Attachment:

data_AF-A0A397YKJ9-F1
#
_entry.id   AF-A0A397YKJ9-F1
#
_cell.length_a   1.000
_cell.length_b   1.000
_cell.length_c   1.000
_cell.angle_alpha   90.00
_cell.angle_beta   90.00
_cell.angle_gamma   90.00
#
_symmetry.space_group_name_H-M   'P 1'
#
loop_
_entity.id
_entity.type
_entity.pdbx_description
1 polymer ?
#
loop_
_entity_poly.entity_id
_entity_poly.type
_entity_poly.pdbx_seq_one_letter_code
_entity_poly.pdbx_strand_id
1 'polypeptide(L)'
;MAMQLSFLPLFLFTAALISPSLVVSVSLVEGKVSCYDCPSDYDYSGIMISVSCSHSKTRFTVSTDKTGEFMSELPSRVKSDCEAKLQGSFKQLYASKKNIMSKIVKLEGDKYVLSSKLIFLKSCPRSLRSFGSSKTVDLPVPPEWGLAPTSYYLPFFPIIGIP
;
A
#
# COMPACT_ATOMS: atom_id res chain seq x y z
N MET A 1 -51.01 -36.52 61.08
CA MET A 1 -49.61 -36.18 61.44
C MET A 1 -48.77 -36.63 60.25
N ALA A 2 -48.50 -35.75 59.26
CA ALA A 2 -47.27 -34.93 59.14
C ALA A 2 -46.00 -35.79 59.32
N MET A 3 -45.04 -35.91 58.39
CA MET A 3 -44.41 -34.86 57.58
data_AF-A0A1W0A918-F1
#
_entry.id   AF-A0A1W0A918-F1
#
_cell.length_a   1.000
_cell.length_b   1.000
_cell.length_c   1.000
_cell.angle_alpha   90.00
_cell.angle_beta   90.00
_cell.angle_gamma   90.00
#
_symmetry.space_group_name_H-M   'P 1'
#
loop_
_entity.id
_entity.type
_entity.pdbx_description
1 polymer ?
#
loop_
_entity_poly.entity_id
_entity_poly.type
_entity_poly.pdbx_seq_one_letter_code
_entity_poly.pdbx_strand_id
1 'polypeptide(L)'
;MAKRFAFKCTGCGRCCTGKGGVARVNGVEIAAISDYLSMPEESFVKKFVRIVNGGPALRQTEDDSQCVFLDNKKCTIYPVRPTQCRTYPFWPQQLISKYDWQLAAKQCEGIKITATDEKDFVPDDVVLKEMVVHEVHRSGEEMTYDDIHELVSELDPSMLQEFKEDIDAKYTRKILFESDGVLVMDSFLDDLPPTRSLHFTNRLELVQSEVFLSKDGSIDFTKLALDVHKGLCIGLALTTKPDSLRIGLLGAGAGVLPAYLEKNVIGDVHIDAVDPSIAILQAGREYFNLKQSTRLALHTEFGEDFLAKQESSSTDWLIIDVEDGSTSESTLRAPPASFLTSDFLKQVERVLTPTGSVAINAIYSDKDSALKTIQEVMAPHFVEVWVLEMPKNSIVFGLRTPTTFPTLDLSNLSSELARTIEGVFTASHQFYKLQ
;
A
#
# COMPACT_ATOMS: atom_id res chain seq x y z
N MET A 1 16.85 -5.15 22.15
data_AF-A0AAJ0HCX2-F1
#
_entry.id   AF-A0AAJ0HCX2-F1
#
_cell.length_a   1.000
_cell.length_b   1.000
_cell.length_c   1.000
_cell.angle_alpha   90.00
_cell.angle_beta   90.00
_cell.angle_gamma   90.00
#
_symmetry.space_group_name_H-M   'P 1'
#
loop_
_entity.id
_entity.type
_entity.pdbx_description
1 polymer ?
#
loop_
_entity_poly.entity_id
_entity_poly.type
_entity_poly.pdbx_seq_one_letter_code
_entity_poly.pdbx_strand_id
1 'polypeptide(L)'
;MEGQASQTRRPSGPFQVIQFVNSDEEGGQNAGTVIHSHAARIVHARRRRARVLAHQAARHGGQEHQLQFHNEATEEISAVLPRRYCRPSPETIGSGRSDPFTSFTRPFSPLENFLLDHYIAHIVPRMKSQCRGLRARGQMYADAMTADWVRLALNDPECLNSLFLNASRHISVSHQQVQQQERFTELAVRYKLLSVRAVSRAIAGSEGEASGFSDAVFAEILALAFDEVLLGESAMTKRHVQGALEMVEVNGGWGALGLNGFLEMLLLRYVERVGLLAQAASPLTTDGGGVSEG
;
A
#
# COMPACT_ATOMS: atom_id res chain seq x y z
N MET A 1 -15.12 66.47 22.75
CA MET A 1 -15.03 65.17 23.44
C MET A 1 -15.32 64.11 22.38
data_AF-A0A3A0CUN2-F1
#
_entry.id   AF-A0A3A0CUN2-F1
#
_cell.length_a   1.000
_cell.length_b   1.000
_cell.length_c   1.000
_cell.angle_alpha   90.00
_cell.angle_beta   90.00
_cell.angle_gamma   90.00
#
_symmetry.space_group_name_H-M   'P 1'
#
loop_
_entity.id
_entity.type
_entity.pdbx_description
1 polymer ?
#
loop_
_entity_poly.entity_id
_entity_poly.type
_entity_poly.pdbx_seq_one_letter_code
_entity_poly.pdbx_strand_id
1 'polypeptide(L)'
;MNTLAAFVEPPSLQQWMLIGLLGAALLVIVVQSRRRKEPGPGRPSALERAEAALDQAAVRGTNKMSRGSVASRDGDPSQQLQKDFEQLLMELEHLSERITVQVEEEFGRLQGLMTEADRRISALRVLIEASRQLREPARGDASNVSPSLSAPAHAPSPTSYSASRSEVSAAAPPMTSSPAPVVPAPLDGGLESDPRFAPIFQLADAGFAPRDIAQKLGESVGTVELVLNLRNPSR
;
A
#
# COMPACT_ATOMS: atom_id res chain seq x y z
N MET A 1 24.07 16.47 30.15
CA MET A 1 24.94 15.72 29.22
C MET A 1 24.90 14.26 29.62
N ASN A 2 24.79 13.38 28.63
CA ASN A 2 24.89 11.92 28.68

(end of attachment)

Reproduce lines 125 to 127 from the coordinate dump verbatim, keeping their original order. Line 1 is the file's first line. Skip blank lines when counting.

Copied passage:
_entity_poly.pdbx_seq_one_letter_code
_entity_poly.pdbx_strand_id
1 'polypeptide(L)'